Cebu-based architect James Jao reveals how to get one’s architecture and design projects published

Architect James Jao

A QUICK search on the Internet for Philippine eco-architecture yields top-of-the-page results on architect and interior designer James Galias Jao, a Bicolano educated in Manila (University of Santo Tomas) and living—and practising—in Cebu for some 30 years.

Cebu was his city of choice after graduation to practice his profession and he has no regrets. Being Cebu-based and fluent in Sugbuanon
Cebuano has enabled him to create clientele throughout the Visayas and Mindanao.

In a roundabout manner, he is being noticed in Manila and the rest of Luzon, thanks to favorable media coverage there.

Recent features in Asian Dragon Magazine, Philippines Tatler Homes Volume 13 (on his critically-acclaimed “Kite House”), and Metro Homes (on his First Eco House in Ayala Alabang) have built his reputation on a national level.

He even made cover on Business + Class Magazine at the wake of television interviews—in “Rated K” and “Green Living”—beamed nationwide.

His resume reads, thusly: “For being a leader in eco-architecture and sustainable development, he was elevated as Fellow by the United Architects of the Philippines in 2013.

He is the immediate past National President and now the Chairman of the Philippine Institute of Interior Design for the 2017-19.

He is also the Deputy President of the Asia Pacific Space Designers Association 2017-19.”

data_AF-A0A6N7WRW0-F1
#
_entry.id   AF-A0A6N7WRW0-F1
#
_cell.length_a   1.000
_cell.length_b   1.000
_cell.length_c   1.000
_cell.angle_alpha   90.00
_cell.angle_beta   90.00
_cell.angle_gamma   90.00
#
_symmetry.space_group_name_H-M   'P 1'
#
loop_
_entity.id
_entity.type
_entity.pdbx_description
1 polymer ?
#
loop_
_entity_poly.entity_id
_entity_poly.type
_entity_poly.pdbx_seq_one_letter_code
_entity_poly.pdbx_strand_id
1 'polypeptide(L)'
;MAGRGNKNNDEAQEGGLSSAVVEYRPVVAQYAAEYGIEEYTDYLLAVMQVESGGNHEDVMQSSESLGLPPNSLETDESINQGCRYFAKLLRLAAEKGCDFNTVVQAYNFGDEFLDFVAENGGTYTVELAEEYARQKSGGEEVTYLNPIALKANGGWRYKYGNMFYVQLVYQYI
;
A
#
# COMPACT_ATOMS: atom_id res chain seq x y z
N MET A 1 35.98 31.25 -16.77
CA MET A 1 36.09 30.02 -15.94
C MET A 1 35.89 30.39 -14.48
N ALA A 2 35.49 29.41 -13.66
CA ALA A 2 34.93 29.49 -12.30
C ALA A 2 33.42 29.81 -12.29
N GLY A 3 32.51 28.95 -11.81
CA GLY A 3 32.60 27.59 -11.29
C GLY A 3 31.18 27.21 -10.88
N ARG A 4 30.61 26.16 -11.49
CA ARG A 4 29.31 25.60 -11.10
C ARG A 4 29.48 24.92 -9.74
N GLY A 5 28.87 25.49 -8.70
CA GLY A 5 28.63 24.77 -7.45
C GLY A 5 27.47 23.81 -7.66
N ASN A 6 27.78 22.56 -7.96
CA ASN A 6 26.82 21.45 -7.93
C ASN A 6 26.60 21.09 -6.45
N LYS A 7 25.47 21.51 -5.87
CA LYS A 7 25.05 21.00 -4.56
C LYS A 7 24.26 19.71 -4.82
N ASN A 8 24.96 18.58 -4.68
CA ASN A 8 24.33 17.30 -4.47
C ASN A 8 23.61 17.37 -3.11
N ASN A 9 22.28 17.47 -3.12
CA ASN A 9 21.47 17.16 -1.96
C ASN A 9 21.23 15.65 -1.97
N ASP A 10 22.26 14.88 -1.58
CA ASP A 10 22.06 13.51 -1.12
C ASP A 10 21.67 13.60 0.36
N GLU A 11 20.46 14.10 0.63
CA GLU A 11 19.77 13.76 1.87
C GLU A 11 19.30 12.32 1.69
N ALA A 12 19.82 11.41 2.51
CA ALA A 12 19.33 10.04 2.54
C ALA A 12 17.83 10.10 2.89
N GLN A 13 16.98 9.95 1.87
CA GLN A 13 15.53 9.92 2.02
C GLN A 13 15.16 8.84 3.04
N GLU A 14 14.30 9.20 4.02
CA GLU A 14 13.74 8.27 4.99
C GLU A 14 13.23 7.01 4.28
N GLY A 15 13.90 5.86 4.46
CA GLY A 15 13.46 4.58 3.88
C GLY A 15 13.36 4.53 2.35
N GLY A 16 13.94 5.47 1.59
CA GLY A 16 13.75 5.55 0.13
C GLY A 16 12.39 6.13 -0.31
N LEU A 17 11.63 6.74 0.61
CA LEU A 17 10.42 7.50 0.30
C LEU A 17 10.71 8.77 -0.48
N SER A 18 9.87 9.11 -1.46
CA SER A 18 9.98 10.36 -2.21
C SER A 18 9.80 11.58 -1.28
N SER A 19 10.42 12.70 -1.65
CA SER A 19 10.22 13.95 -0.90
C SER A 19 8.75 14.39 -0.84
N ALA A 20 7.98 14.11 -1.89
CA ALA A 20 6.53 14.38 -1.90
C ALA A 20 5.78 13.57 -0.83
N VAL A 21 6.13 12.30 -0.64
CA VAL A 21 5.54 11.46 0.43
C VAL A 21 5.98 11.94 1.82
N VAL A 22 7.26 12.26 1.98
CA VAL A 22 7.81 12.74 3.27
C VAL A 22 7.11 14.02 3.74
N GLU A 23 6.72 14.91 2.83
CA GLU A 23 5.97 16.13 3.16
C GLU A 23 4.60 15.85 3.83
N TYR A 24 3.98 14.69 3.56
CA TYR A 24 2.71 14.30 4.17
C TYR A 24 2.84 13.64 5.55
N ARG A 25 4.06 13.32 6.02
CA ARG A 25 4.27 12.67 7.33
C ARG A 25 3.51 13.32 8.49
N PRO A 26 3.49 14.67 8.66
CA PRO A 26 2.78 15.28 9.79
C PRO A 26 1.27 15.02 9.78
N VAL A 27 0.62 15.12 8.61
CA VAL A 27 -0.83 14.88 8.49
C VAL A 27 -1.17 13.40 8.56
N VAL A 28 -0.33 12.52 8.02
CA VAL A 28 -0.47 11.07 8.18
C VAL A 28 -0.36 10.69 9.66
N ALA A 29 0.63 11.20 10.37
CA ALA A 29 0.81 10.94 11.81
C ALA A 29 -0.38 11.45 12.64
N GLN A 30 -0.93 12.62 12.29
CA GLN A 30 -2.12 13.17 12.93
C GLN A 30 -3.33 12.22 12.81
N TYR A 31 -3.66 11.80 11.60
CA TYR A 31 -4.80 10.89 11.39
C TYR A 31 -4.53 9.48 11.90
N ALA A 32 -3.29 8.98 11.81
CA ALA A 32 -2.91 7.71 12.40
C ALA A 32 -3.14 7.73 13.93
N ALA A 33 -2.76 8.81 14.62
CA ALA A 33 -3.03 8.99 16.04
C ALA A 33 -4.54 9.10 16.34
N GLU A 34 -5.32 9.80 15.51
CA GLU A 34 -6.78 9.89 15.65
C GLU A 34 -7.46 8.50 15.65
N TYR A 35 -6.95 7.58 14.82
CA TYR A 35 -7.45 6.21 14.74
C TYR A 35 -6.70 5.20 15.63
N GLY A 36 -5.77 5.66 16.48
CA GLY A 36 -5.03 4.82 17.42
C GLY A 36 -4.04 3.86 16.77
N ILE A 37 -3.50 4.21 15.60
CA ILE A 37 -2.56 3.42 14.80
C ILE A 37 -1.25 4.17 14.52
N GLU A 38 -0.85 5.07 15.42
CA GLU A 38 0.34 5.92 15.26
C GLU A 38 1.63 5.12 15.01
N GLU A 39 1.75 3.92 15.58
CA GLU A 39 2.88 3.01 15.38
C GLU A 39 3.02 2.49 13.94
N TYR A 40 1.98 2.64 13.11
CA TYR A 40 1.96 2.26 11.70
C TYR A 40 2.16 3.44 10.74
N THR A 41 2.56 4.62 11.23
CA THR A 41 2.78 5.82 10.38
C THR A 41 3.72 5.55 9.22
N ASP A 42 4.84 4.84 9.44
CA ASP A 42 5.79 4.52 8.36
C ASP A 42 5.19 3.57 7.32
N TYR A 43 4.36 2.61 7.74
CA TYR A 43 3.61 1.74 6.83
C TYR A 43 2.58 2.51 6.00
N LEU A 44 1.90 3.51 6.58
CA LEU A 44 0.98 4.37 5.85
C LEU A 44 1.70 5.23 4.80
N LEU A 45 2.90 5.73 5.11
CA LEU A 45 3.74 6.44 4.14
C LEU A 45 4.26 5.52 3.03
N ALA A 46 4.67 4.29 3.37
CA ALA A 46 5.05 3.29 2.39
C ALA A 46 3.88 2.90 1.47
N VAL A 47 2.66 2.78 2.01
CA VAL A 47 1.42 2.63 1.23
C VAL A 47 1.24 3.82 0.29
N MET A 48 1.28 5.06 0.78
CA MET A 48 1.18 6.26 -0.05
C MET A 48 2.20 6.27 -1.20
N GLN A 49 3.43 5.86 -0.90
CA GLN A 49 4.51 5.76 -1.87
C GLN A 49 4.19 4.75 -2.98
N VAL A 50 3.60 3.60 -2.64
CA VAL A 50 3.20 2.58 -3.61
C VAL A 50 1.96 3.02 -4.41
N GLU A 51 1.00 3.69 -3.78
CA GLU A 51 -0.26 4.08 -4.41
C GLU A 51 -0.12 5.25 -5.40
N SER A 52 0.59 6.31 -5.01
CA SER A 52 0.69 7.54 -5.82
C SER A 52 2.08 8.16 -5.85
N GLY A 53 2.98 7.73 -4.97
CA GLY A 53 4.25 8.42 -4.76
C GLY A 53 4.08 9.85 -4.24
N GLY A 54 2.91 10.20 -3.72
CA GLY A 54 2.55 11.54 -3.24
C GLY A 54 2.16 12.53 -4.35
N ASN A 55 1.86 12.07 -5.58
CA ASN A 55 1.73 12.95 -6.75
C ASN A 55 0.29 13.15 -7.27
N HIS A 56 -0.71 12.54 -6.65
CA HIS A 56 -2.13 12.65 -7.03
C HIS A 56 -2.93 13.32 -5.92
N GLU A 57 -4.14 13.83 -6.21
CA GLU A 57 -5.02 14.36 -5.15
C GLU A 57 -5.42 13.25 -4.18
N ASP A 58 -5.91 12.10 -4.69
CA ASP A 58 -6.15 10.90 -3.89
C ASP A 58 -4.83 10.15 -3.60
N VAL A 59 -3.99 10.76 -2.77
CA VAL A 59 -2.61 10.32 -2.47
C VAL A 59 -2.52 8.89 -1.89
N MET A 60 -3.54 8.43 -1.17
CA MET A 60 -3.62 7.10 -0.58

Architect Jao attended the London School of Economics, earning a Master’s of Science Degree in City Design and Social Science, in 2005; and upon his return he built his ground-breaking full-scale models that he baptized as “Eco-house”.

These liveable spaces were exhibited at the SM Mall of Asia and made the front page of the Philippine Daily Inquirer. That practically launched his niche and shaped his present reputation.

“Since then, he has been actively designing projects that fuse modern aesthetics, climate-resistant strategies, and green materials and methods of construction (from residential works to master planned communities) and spreading his design and architectural philosophy in the Philippines, China, Singapore, Indonesia, Malaysia, South Korea, South Africa, Australia, and United Kingdom, among others” writes his friend and Palanca-awardee Carlo Daoana of Architect Jao.

Getting published

Despite the advent of e-magazines and similarly formatted publications, the respectability of hardcopy print continues and serves as a complementary anchor to digital media.

Getting published in hard print still matters opined Architect Jao. He believes the print media is still very relevant. So how does he manage to get his architecture and design projects see print?

Based on his experience, Architect Jao gives some tips and his thoughts on the matter:

1. Projects with “Big Idea” gets the nod of editors.

A unique, out-of-the box and cutting-edge design is a good way to stir the attention
of readers.

It doesn’t always need to be a big budget, large development, or high-rise project.